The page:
Just as network forensics tools (NFT), SIEM and DLP, Endpoint Threat Detection & Response Tools (ETDR) tools are not of the “deploy-and-forget” variety (far from it!). The tools require a set of operational processes to accomplish their detective and investigative missions as well as enable organization to “hunt” for intrusion traces and explore collected endpoint data.
Such essential processes likely include:
- Incident response (IR) process (duh!): detailed incident response process and not just a “strategic” (=short) plan is a must; it will likely involve both ETDR and NFT tools (as well as SIEM) and cover “large I” (such as major data theft) and “small i” incidents (such as a PC with malware – some “i” cases lead to the discovery of “I” cases, BTW). The ETDR part of the process will include things like current system state search and also past system state (historical) search.
- Alert or indicator triage process: SIEM, DLP, MPS (or whatever people call those systems) produce alerts that often need to be quickly validated using endpoint data; such alert validation – or triage – process executes much more frequently than true incident response process; occasionally, the ETDR tool itself will be configured to produce alerts that would also need to be validated using additional endpoint data.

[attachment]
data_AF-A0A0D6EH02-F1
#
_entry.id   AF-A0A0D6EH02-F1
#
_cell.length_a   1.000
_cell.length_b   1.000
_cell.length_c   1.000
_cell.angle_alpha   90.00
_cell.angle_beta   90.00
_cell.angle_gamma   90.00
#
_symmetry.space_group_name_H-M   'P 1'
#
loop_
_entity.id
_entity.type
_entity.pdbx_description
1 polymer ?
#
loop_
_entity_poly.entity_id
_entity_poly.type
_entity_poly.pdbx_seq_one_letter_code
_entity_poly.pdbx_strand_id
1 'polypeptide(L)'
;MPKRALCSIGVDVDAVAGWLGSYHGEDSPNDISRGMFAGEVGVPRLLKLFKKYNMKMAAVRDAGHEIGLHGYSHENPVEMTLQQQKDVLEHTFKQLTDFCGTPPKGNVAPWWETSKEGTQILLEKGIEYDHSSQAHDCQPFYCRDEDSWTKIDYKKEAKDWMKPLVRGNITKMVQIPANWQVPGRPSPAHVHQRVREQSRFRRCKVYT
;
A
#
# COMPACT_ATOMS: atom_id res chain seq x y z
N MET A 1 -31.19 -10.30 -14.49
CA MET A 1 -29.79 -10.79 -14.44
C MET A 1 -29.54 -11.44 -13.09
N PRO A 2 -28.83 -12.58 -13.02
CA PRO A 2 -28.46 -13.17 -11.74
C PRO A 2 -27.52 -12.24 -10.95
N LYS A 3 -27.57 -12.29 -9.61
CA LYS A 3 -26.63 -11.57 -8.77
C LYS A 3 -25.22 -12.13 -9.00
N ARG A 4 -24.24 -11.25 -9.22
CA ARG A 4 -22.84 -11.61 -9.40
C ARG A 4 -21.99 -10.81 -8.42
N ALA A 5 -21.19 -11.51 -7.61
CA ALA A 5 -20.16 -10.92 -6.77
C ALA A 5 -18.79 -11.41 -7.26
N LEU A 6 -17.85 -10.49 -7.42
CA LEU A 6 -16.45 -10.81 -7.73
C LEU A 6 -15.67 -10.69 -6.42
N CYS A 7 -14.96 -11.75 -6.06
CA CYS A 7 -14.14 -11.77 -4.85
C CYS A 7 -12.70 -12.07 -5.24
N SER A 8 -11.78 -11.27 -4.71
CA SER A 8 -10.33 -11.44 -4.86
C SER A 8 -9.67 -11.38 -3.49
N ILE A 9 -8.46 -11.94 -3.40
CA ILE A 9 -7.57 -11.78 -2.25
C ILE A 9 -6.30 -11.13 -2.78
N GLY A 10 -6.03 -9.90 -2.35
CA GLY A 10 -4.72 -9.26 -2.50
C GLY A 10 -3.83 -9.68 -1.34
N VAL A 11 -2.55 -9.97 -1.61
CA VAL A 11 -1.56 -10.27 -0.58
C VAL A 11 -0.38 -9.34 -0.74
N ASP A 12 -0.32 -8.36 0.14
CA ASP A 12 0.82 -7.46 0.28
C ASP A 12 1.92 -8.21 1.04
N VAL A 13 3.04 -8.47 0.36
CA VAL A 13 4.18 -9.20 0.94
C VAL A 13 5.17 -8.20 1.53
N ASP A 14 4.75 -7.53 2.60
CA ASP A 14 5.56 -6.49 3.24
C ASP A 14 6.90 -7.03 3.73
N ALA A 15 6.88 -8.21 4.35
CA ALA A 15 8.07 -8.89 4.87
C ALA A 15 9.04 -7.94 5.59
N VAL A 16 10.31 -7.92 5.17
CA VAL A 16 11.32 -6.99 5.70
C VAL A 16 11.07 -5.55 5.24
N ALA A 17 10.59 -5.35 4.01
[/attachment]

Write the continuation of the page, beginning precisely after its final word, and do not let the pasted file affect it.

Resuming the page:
- Ongoing indicator sweep process or incident discovery process: this process of periodically checking your systems for signs of compromise,infection and other badness is a manifestation of the proverbial “proactive IR” or “ongoing response”; to do it, periodically scan all systems for a list of known artifacts, derived from threat intelligence or other sources. It is very likely that to be truly effective this process should also include malware forensics and artifact extraction process in order to continue the expanding sweep based on found intrusion races until it no longer expands.
- Ad hoc indicator sweep process: more incident discovery than incident response, this process is related to the previous one, but starts from a shared indicator or derived from a shared artifact– a clue, name, etc. It then goes into the same expanding sweep based on found artifacts as the above process.
At the very top shelf, organization will engage in exploring collected endpoint data by means of free-form “badness hunting.” Such data exploration (similar to what is done with NFT) may be done via anomaly reports that highlight interesting outliers in collected system data, external threat data, shared intelligence data, etc, and then use them as “threads to pull” for additional searches.
Anything else you do with these tools? Anything else I missed?
Posts related to this research project:
- Endpoint Threat Indication & Response?
- Endpoint Visibility Tool Use Cases
- On Endpoint Sensing
- RSA 2013 and Endpoint Agent Re-Emergence
- A Quiet Assumption
- All posts tagged security incident response
- All posts tagged endpoint
Posts related to essential operational processes for other tools:
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